The number of people intercepted by the RCMP last month as they attempted to cross the Canada-U.S. border irregularly was down slightly from the month before.
According to figures released this week by Citizenship and Immigration Canada, 1,517 people were stopped by the police as they crossed between legal checkpoints during what is typically Canada’s coldest month — January.
Of those, 1,458 came through in Quebec. The rest were split between Manitoba (18) and British Columbia (41).
That’s down from the 1,978 recorded in December, and lower than the 1,623 who crossed in November.
The lower number may give Ottawa cause for optimism that outreach in various diaspora communities in the U.S. is working — or at least helping to prevent another surge of people headed north.
But the numbers still haven’t dropped down to the levels seen last spring, and government officials have acknowledged that they could see another spike as the weather warms in the coming months and hundreds of thousands of people living in America face the expiry of their temporary protected status.
WATCH: Immigration minister confident in review board process
In total, the RCMP intercepted 20,593 asylum seekers crossing into Canada last year between legal border checkpoints. Once all asylum seekers were factored in (including those claiming asylum inland or at legal crossings) the total was 49,775.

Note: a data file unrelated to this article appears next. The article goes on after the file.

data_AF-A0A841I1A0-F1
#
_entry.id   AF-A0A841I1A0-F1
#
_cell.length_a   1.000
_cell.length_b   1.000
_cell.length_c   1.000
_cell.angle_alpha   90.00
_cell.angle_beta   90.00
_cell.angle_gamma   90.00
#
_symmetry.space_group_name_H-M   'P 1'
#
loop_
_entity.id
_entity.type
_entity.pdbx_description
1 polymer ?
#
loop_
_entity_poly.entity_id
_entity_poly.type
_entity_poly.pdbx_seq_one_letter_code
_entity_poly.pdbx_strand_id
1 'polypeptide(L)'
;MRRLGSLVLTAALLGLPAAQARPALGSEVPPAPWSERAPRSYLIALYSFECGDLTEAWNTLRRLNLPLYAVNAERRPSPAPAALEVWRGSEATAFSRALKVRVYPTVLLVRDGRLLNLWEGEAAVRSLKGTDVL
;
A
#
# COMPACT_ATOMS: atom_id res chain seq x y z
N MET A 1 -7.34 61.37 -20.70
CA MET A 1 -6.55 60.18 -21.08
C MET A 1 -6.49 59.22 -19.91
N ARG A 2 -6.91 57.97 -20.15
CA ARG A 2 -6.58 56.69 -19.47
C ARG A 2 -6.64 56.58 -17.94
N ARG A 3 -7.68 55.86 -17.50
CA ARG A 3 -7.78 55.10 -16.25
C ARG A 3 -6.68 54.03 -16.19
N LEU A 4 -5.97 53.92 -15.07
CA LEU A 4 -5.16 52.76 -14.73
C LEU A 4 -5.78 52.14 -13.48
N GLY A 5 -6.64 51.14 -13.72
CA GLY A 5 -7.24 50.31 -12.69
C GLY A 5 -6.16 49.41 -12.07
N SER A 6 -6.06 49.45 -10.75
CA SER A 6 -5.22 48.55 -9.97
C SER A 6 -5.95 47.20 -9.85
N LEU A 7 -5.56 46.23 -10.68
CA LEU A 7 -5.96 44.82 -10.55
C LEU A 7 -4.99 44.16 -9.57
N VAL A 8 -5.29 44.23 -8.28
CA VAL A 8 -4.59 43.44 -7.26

That’s the highest total seen in at least two decades.
By crossing between checkpoints, these people have been permitted to enter Canada and try to make an asylum claim — after being arrested, detained and undergoing security screening. If they crossed at legal checkpoints, the large majority would be sent back to the U.S. immediately under the Safe Third Country Agreement.
Immigration Minister Ahmed Hussen has said there are no talks underway with the U.S. to modify the agreement. The government has said repeatedly that there is “no free ticket to Canada” and that only a small percentage of the people who have crossed have been given the green light to make an asylum claim.
But critics contend that the system for evaluating and processing claims has been totally overwhelmed and that the government must close the loophole in the Safe Third Country Agreement to discourage further crossings.
© 2018 Global News, a division of Corus Entertainment Inc.